In principle, Heyer was keen for her novels to be filmed, partly as a way of easing her financial worries. Unfortunately, she found the filming of The Reluctant Widow an unpleasant experience. Her 1984 biographer Jane Aiken Hodge, quotes Heyer thus: “I am being driven frantic by the advance publicity from Denham [Studios], and am trying to think what I can do about it. I feel as though a slug had crawled over me … They have turned the Widow into a ‘bad-girl’ part for Jean Kent.” Perhaps Kent’s earlier ‘bad-girl’ roles in films such as Caravan and Good Time Girl influenced Heyer’s perception.

Jennifer Kloester’s 2011 biography reveals that Heyer wanted her name removed from the film because: “It seems to me that to turn a perfectly clean story of mine into a piece of sex-muck is bad faith and something very different from the additions and alterations one would expect to be obliged to suffer. If I had wanted a reputation for salacious novels I could have got it easily enough. The whole thing is so upsetting that it is putting me right off the stroke.”

The Reluctant Widow

Heyer failed to have her name removed: the opening titles of the film read: “Jean Kent and Guy Rolfe in The Reluctant Widow. Based on the novel by Georgette Heyer.” She did not see the film herself, but her son did – and walked out, furious, half way through.

Had Heyer seen the film, she may well have found it turgid rather than salacious; there is no chemistry between Jean Kent and Guy Rolfe as Elinor and Lord Carlyon; and the novel’s exciting sub plot about French spies is rendered dull, even though the usually excellent Kathleen Byron is one of the plotters. The character of Nicky – one of Heyer’s impeccable comic creations – is no longer an irrepressible youth sent down from Oxford University following a prank involving a bear, but a callow boy who wouldn’t play a prank of any kind.

So, if you don’t know Georgette Heyer, I wouldn’t waste time seeking out this poor film adaptation, but go straight to the novel – Heyer’s irresistible take on the Gothic romance. Or better still, get an audiobook and sew along to it.

Reluctant Widow Editions

Finding Room to Sew

Quilting isn’t just about patching together bits of fabric, but also about patching together bits of time, in order to create something out of very little. For me, that means sewing in a variety of places to make the best use of scraps of time.

I do a lot of hand sewing on train journeys. When booking tickets, one of the questions at the front of my mind is usually: Is there room for me to sew? After all, a train journey without a needle and a good audiobook is a waste of good stitching time.

English Paper Piecing is always a good choice for a train journey. Over the last year, I’ve made a series of random bird blocks – one of these days they will find their way into quilts.

Bird Block 1 Bird Block 2

My current Nelson Quilt project is mostly kept at home, because the size (1 inch) and number (3,200) of the pieces make it quite fiddly. However, with some planning, I’ve sewn sections on various trains and, so far, haven’t lost any pieces.

Nelson on the way to Birmingham Nelson on the way back to London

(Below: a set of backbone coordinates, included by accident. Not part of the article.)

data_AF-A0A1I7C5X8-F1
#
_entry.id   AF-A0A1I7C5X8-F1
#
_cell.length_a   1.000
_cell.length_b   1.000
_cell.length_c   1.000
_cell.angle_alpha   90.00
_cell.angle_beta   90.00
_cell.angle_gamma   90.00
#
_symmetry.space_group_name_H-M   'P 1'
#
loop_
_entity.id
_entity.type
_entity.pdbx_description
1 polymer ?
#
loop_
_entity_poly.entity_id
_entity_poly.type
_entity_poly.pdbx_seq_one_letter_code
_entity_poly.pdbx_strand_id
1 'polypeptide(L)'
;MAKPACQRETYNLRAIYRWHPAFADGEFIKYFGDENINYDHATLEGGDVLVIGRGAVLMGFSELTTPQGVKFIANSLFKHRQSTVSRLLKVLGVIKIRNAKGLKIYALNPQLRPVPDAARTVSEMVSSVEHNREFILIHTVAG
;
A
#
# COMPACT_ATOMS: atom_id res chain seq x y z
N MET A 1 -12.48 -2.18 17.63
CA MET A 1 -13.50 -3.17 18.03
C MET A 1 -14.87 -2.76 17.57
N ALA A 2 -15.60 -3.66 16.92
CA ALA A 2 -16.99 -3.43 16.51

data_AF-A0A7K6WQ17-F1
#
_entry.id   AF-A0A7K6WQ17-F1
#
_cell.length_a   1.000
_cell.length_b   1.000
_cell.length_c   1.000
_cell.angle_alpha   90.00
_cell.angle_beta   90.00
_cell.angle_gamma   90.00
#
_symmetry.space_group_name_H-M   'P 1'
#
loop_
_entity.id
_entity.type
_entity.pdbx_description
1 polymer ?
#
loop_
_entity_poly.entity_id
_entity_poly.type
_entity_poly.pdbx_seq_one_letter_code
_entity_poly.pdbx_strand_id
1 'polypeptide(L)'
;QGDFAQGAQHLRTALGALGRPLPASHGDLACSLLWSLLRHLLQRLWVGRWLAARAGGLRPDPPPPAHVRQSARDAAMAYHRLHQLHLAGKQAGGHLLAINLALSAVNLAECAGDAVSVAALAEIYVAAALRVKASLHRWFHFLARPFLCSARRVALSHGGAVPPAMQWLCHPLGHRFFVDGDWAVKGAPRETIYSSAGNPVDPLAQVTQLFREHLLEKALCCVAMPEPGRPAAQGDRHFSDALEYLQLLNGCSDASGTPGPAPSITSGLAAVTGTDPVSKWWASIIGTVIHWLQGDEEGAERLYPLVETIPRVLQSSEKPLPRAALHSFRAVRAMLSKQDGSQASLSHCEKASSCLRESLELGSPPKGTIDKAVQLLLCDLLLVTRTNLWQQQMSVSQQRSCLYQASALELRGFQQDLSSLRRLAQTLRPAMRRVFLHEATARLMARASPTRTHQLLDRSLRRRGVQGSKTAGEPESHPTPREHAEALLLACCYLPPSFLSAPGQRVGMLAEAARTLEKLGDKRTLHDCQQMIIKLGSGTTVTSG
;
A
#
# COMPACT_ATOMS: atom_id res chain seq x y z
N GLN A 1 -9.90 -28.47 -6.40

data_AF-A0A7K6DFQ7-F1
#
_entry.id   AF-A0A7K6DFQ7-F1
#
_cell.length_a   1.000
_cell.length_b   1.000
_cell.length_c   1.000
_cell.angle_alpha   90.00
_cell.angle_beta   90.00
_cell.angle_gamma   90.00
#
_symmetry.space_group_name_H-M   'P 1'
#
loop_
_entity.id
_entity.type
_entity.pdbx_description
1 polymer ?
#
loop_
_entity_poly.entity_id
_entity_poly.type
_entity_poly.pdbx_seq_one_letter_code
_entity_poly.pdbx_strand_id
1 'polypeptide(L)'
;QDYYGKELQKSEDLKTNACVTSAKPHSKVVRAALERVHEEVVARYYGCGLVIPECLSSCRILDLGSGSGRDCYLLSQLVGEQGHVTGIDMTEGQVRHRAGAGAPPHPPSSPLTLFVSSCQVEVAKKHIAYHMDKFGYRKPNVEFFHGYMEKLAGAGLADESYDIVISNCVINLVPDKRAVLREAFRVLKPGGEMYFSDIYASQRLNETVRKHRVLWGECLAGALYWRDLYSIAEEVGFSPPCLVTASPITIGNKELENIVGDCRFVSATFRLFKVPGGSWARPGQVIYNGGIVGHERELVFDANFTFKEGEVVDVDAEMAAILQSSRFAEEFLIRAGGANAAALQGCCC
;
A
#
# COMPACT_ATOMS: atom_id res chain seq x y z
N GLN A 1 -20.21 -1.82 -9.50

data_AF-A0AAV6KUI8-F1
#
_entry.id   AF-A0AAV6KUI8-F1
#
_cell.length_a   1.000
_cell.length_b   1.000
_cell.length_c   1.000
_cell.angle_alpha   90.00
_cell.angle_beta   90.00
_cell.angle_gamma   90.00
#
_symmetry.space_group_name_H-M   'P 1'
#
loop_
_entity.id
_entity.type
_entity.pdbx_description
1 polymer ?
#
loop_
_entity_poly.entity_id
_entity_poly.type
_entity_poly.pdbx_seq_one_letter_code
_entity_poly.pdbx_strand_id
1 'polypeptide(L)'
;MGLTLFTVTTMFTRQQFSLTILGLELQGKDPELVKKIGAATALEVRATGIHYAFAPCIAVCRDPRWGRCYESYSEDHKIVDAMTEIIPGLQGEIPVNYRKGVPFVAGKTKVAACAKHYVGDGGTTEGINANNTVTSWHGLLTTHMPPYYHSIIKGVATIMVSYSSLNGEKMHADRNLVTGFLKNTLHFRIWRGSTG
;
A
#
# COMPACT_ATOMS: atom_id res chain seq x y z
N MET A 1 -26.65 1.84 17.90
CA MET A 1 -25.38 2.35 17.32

One of the consequences of sewing on the train is that I tend to associate quilts with the journeys on which they were made and why I was going there.

For example, I made my first experiments with curved piecing in April 2014. I was on a train to Canterbury, en route to a conference about cinema and the First World War.  When waiting to change trains at Ashford I got into conversation with a young man who asked what I was doing, and then confided his secret passion for knitting. The curved piecing made its way into a quilt, which I then sewed on a train to Manchester – and, yes, it is possible to cram a full size quilt into a train seat and work on it comfortably.

Curved piecing Curved quilting Cuved quilt in progress Curves Quilt unfinished

Finally, this unfinished piece will always be inextricably linked with Charles Dickens’ Bleak House:

A Quilt for a Bleak House

I started piecing it on a train to Nottingham in 2007. I was going to the British Silent Film Festival. They were screening Maurice Elvey’s 1920 film of Bleak House; I was just starting on my Elvey research and was desperate to see it. It was that trip that convinced me that Elvey’s early career was definitely worth a closer look and I’ve been working on that research ever since.

The Quilt for a Bleak House remains unfinished. My taste has changed and the fabrics look too “busy” these days but I still look at it with affection because of its associations. And once I finish my thesis I might give the quilt another go.

Stitching a Hero: England Expects (or Maurice Elvey, Nelson and Me)

 

Nelson - 490 squares so far.

Nelson – 490 squares so far.

On 19 December 2013, I sat alone and in silence in a darkened basement room at the British Film Institute, watching a biographical film made in 1918. This was Maurice Elvey’s film Nelson, a film I had read about but had never seen. I knew a lot about the making of the film, some of the challenges it faced and the critical response to it. I also knew that it had been made just before Elvey’s masterpiece, The Life Story of David Lloyd George, so I was secretly hoping for something a bit special.